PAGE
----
As songwriters, arrangers, producers, and performers, the Bon Iver collective continue to operate at a high level across the board, so that i,i never feels stagnant even when it’s echoing the past. Music built from the most conventional ingredients can be captivating when born from inspiration and crafted with care. It’s even truer of songs breathed with the celestial aching of For Emma, fleshed out with the earthy splendor of Bon Iver, Bon Iver, and enhanced with the radioactive nootropics of 22, A Million. There may come a time when this band begins to coast, when their signature touches curdle into cliché, but for now their music remains enlivened by the joy of creation.
That joy is distinctly communal. If there’s one way in which i,i represents genuine progress for Bon Iver, it’s the continued transformation from a Justin Vernon solo effort to a community project. Even For Emma was not exclusively Vernon’s handiwork, but both its creation myth and the music’s stripped-down solitude suggested a man alone with his feelings, working some shit out. Each successive album has brought more collaborators into the fold, none more so than i,i. Throughout his years in the spotlight Vernon has not just assembled a catalog; he’s cultivated a scene. This album feels like a culmination of that ethos — a dozen Bon Iver songs infused with the freewheeling spirit of an Eaux Claires or 37d03d festival.
So many of Vernon’s friends came out to play. James Blake, Jenn Wasner, Moses Sumney, Bruce Hornsby, the Staves, Francis Starlite, the Dessner brothers, the Cook brothers, Spank Rock, Velvet Negroni, Marta Salogni, Poliça’s Channy Leaneagh — the list goes on. All of them leave their own imprint within the sonic universe established by Vernon and his core bandmates. More accurately, they reveal the many ways that universe has already been influenced and enriched by Vernon’s peers. If that first record sounded lonely and haunted, Bon Iver now more closely resembles a vast congregation spinning futuristic secular gospel music — sometimes explicitly so, as on the tender spiritual hymn “Marion” or the sparse piano romp “U (Man Like).”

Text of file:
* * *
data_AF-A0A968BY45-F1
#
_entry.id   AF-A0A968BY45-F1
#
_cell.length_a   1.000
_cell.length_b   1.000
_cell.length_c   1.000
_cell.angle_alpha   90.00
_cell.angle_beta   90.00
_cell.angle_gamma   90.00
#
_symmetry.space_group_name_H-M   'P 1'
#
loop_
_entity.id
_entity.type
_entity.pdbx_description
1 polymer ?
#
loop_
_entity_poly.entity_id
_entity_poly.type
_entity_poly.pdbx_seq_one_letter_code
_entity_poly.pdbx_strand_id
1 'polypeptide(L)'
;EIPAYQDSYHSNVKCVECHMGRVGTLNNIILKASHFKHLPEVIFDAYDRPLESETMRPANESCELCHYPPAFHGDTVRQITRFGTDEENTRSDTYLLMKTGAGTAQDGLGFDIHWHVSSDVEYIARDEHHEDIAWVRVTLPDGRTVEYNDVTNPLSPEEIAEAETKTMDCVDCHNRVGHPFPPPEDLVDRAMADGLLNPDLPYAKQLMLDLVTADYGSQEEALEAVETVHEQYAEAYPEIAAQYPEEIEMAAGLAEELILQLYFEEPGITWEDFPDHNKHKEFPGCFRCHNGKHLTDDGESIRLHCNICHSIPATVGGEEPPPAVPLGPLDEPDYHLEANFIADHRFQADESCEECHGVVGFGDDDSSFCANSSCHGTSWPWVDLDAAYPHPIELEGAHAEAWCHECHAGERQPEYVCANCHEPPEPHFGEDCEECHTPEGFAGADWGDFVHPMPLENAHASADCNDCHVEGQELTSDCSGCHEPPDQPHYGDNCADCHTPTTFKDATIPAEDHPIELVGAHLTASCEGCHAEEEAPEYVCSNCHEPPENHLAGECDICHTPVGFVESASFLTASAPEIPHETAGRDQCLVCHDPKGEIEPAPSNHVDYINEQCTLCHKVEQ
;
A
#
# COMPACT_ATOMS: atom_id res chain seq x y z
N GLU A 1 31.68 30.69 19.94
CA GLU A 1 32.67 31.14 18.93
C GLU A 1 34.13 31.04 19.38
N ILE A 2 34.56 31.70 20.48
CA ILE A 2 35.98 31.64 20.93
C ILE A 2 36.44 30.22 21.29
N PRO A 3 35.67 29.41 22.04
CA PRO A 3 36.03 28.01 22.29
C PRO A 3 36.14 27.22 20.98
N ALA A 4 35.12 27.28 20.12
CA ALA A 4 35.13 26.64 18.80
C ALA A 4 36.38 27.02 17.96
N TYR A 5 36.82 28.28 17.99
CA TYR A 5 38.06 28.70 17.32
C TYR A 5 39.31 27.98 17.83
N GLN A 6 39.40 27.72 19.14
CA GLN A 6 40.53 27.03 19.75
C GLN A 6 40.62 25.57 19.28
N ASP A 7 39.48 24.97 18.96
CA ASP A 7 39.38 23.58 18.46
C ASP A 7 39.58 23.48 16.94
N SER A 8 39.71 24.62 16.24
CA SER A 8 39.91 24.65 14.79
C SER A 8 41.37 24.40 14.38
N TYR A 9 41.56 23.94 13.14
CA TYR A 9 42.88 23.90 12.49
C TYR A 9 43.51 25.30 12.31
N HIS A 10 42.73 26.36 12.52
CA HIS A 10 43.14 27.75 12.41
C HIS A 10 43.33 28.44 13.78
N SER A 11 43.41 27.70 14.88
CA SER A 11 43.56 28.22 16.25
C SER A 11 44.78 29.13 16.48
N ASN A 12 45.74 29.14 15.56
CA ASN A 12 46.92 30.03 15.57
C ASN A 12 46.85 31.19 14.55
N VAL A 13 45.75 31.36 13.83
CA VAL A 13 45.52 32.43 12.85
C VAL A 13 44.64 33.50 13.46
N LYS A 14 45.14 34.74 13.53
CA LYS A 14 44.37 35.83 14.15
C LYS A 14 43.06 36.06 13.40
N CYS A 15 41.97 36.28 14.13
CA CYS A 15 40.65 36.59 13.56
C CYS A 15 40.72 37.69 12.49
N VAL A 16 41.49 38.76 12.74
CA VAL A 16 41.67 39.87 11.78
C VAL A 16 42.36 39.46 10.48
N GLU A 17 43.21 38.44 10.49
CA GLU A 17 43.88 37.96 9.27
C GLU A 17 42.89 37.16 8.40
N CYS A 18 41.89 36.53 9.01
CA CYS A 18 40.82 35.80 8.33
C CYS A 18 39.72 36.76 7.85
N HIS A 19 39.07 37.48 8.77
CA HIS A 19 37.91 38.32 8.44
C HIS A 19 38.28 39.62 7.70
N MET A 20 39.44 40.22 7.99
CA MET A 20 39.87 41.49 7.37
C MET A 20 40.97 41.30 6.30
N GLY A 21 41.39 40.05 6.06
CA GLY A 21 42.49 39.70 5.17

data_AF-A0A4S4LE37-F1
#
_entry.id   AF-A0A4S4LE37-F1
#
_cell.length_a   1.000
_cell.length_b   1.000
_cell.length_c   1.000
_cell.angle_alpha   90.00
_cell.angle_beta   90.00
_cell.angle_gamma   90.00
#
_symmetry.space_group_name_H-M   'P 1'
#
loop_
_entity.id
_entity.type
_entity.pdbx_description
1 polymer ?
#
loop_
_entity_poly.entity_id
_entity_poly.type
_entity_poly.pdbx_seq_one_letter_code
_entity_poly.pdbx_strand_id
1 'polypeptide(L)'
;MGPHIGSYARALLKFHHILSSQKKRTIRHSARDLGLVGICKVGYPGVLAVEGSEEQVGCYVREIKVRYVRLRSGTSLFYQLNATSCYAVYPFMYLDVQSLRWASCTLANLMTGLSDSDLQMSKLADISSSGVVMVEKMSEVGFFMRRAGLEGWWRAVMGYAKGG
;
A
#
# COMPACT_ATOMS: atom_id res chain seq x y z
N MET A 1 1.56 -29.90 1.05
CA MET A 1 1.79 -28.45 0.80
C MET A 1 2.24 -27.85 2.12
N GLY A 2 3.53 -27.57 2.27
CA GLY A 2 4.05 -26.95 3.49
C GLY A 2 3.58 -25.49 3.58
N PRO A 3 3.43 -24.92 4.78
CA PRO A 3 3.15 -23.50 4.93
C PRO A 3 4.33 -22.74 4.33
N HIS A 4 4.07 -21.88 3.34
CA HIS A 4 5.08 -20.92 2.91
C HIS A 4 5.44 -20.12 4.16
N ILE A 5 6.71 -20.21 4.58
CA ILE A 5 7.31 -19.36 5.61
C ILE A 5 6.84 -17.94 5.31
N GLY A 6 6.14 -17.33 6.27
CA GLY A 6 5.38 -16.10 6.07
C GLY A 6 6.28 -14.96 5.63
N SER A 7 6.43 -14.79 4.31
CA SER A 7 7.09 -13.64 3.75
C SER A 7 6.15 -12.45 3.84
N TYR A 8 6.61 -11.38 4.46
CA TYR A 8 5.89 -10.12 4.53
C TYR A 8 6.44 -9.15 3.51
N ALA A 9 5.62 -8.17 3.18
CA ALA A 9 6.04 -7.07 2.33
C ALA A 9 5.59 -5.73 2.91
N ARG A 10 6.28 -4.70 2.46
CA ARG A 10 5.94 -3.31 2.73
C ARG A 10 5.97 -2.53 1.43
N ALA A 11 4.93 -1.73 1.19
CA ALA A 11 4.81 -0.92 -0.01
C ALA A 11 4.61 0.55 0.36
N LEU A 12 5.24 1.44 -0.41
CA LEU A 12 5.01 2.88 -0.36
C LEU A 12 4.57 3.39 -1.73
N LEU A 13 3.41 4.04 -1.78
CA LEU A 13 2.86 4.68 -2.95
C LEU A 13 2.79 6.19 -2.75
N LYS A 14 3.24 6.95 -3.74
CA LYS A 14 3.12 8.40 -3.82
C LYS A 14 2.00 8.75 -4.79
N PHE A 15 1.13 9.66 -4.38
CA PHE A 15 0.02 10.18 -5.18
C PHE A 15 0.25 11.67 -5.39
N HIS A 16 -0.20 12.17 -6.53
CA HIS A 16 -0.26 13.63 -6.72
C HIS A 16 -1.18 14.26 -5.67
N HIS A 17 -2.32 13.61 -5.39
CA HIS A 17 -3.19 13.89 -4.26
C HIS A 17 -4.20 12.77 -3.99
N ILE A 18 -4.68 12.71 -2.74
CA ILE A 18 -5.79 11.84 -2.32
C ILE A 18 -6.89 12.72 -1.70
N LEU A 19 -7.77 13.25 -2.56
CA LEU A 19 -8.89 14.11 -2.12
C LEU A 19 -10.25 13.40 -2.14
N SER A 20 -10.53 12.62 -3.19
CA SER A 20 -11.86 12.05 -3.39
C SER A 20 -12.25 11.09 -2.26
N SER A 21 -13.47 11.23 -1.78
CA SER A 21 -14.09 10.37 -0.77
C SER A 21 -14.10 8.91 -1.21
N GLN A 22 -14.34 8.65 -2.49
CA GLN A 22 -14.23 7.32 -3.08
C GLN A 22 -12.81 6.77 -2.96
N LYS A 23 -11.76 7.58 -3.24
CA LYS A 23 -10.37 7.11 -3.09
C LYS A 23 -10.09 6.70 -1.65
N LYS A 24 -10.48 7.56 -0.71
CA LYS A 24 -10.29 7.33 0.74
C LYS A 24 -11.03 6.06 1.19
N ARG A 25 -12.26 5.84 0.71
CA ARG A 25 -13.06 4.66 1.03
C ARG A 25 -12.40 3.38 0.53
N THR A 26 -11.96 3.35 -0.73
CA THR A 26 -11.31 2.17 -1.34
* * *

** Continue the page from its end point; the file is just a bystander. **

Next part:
The thrill of creation is evident, yet i,i is not necessarily a happy album. Despite the often impressionistic quality of Vernon’s lyrics, there are times when his intentions shine through clearly enough. The interpersonal drama that has always been the project’s bedrock remains, as does the spiritual seeking that has gradually crept into the picture. Vernon, an avowed Bernie bro from the battleground state of Wisconsin, also seems to take aim at the climate crisis (“Jelmore”), the opioid epidemic (“U (Man Like)”), and the self-inflected wounds of Trumpism (“We”) — albeit in typically elliptical language that leaves much to the imagination.
Encountering all this on a Bon Iver album isn’t too surprising. By this point, both Vernon and his band are well-established entities with an unmistakable point of view. Like Radiohead or Vernon’s close friends in the National, they’ve reached a point in their career when a unique identity has been carved out, when evolution slows to a process of tweaking and refining. With i,i, the surprise is not some kind of upheaval; it’s that Bon Iver have remained so inspired and engaging without upheaval. Whether you rank it alongside the band’s other masterpieces will likely depend on whether you tend to stick with artists once that period of breathless transformation concludes. Skeptics may want to spit one particular lyric back at Vernon: “We heard that story before.” That was my own first impression too, a sense that Bon Iver were spinning their wheels. After spending some time with i,i, though, my feelings can be summed up by a different line: “I like you, and that ain’t nothin’ new.”
i,i is out now on Jagjaguwar. Stream it below.